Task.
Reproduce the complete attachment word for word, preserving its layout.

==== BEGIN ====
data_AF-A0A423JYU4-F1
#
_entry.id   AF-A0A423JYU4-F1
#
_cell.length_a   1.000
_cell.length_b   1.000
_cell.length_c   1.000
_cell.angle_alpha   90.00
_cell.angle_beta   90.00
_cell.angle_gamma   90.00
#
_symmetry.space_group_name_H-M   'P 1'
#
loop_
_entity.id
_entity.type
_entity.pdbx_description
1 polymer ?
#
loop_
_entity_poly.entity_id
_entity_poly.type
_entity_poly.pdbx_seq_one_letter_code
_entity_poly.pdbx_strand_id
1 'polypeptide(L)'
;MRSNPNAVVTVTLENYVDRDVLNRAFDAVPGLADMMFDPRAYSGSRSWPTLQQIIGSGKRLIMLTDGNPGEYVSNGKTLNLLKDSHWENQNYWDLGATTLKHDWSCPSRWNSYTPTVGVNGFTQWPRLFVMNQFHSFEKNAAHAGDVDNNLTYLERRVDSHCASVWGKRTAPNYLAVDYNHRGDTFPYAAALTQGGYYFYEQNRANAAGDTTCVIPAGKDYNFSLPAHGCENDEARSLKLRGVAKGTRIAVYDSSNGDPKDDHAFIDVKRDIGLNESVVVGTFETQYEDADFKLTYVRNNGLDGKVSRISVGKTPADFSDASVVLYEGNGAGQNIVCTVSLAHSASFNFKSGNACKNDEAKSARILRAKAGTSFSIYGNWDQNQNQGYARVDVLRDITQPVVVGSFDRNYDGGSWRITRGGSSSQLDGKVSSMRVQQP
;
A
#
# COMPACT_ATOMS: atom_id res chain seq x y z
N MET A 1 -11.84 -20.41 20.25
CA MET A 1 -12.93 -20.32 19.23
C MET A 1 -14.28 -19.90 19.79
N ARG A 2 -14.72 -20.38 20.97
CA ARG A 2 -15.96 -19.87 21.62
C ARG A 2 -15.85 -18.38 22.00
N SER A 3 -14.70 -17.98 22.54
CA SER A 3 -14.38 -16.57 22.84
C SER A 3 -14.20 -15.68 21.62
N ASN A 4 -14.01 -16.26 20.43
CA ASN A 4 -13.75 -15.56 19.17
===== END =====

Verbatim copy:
data_AF-A0A423JYU4-F1
#
_entry.id   AF-A0A423JYU4-F1
#
_cell.length_a   1.000
_cell.length_b   1.000
_cell.length_c   1.000
_cell.angle_alpha   90.00
_cell.angle_beta   90.00
_cell.angle_gamma   90.00
#
_symmetry.space_group_name_H-M   'P 1'
#
loop_
_entity.id
_entity.type
_entity.pdbx_description
1 polymer ?
#
loop_
_entity_poly.entity_id
_entity_poly.type
_entity_poly.pdbx_seq_one_letter_code
_entity_poly.pdbx_strand_id
1 'polypeptide(L)'
;MRSNPNAVVTVTLENYVDRDVLNRAFDAVPGLADMMFDPRAYSGSRSWPTLQQIIGSGKRLIMLTDGNPGEYVSNGKTLNLLKDSHWENQNYWDLGATTLKHDWSCPSRWNSYTPTVGVNGFTQWPRLFVMNQFHSFEKNAAHAGDVDNNLTYLERRVDSHCASVWGKRTAPNYLAVDYNHRGDTFPYAAALTQGGYYFYEQNRANAAGDTTCVIPAGKDYNFSLPAHGCENDEARSLKLRGVAKGTRIAVYDSSNGDPKDDHAFIDVKRDIGLNESVVVGTFETQYEDADFKLTYVRNNGLDGKVSRISVGKTPADFSDASVVLYEGNGAGQNIVCTVSLAHSASFNFKSGNACKNDEAKSARILRAKAGTSFSIYGNWDQNQNQGYARVDVLRDITQPVVVGSFDRNYDGGSWRITRGGSSSQLDGKVSSMRVQQP
;
A
#
# COMPACT_ATOMS: atom_id res chain seq x y z
N MET A 1 -11.84 -20.41 20.25
CA MET A 1 -12.93 -20.32 19.23
C MET A 1 -14.28 -19.90 19.79
N ARG A 2 -14.72 -20.38 20.97
CA ARG A 2 -15.96 -19.87 21.62
C ARG A 2 -15.85 -18.38 22.00
N SER A 3 -14.70 -17.98 22.54
CA SER A 3 -14.38 -16.57 22.84
C SER A 3 -14.20 -15.68 21.62
N ASN A 4 -14.01 -16.26 20.43
CA ASN A 4 -13.75 -15.56 19.17